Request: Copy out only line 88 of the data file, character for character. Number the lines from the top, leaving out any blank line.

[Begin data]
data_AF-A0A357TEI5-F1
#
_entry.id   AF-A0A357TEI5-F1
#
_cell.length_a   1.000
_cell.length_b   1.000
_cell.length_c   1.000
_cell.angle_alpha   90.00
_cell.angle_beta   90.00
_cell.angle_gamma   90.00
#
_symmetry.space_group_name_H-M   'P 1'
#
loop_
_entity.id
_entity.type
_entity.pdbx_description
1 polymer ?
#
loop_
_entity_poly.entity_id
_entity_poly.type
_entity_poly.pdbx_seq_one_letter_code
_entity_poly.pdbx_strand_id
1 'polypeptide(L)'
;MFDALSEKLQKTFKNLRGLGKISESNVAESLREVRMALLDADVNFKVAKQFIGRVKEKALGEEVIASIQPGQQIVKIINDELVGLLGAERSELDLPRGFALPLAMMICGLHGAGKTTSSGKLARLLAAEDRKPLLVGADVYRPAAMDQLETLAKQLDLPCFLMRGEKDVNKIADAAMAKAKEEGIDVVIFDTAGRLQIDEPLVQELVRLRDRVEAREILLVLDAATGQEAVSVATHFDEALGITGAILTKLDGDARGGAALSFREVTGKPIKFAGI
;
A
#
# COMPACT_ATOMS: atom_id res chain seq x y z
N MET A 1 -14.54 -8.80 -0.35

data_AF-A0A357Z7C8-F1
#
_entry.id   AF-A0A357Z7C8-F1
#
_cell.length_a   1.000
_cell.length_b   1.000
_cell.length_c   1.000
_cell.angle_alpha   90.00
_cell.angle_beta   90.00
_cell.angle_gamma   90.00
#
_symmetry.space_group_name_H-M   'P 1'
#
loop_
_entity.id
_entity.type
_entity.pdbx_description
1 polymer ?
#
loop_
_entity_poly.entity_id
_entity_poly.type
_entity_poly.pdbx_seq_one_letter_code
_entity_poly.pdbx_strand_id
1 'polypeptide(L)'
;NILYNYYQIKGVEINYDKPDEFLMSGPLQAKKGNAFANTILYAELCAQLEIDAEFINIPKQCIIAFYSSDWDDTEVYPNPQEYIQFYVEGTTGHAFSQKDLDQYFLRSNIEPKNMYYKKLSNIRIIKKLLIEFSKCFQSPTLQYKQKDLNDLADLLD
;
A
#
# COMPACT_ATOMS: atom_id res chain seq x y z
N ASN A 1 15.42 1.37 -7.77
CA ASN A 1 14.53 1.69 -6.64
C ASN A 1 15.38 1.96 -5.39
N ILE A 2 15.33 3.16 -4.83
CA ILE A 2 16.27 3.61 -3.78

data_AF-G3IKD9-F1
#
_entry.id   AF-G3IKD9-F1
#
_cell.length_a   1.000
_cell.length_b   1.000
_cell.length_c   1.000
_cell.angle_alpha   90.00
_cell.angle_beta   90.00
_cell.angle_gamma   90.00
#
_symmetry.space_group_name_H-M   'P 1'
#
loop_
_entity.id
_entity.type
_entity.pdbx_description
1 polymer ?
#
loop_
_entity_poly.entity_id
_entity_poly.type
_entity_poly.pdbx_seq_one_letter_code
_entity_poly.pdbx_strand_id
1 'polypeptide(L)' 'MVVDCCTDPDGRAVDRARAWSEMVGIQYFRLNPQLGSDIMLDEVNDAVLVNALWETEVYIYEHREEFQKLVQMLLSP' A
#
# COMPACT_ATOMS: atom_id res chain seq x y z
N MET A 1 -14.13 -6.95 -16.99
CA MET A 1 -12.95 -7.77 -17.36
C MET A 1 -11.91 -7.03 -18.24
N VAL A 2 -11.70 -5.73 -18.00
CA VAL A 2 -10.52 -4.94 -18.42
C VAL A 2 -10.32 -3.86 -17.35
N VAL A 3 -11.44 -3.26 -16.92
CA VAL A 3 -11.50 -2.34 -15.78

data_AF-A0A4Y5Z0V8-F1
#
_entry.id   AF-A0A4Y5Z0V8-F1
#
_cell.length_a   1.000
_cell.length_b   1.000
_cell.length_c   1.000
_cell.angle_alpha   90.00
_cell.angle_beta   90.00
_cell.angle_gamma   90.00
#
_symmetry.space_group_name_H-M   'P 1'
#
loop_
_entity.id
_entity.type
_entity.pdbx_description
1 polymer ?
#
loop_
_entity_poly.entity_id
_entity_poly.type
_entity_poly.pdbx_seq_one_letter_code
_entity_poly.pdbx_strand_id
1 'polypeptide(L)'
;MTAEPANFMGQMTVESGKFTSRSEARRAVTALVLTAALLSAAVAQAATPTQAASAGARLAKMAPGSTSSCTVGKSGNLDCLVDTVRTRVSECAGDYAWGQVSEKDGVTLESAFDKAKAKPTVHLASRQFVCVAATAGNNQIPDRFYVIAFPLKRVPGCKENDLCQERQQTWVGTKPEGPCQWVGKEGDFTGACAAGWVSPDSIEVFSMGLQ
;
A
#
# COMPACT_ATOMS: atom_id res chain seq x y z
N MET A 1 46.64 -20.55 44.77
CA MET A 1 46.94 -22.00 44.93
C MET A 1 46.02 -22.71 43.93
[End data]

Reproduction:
_entity_poly.type